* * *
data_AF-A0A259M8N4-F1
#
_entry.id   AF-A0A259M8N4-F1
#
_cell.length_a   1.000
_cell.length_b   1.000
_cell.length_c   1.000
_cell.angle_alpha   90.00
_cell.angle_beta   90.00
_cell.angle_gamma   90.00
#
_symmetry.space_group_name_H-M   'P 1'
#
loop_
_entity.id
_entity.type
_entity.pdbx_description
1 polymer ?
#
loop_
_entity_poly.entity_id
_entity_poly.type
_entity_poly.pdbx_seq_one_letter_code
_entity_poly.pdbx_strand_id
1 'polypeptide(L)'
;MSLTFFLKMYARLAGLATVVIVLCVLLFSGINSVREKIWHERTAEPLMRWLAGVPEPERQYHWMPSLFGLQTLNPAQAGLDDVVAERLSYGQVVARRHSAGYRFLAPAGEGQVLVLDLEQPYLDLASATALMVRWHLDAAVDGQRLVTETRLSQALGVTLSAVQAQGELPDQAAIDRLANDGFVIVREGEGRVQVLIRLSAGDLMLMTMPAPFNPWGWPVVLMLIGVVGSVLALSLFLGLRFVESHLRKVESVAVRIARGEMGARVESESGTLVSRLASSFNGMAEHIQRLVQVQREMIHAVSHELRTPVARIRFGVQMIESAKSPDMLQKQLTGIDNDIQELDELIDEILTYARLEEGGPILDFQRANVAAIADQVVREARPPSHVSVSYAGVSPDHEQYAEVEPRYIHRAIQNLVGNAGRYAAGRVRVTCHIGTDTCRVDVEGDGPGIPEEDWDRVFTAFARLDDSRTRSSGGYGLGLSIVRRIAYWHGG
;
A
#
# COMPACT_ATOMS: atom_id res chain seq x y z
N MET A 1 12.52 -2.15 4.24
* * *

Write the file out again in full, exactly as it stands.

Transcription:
data_AF-A0A259M8N4-F1
#
_entry.id   AF-A0A259M8N4-F1
#
_cell.length_a   1.000
_cell.length_b   1.000
_cell.length_c   1.000
_cell.angle_alpha   90.00
_cell.angle_beta   90.00
_cell.angle_gamma   90.00
#
_symmetry.space_group_name_H-M   'P 1'
#
loop_
_entity.id
_entity.type
_entity.pdbx_description
1 polymer ?
#
loop_
_entity_poly.entity_id
_entity_poly.type
_entity_poly.pdbx_seq_one_letter_code
_entity_poly.pdbx_strand_id
1 'polypeptide(L)'
;MSLTFFLKMYARLAGLATVVIVLCVLLFSGINSVREKIWHERTAEPLMRWLAGVPEPERQYHWMPSLFGLQTLNPAQAGLDDVVAERLSYGQVVARRHSAGYRFLAPAGEGQVLVLDLEQPYLDLASATALMVRWHLDAAVDGQRLVTETRLSQALGVTLSAVQAQGELPDQAAIDRLANDGFVIVREGEGRVQVLIRLSAGDLMLMTMPAPFNPWGWPVVLMLIGVVGSVLALSLFLGLRFVESHLRKVESVAVRIARGEMGARVESESGTLVSRLASSFNGMAEHIQRLVQVQREMIHAVSHELRTPVARIRFGVQMIESAKSPDMLQKQLTGIDNDIQELDELIDEILTYARLEEGGPILDFQRANVAAIADQVVREARPPSHVSVSYAGVSPDHEQYAEVEPRYIHRAIQNLVGNAGRYAAGRVRVTCHIGTDTCRVDVEGDGPGIPEEDWDRVFTAFARLDDSRTRSSGGYGLGLSIVRRIAYWHGG
;
A
#
# COMPACT_ATOMS: atom_id res chain seq x y z
N MET A 1 12.52 -2.15 4.24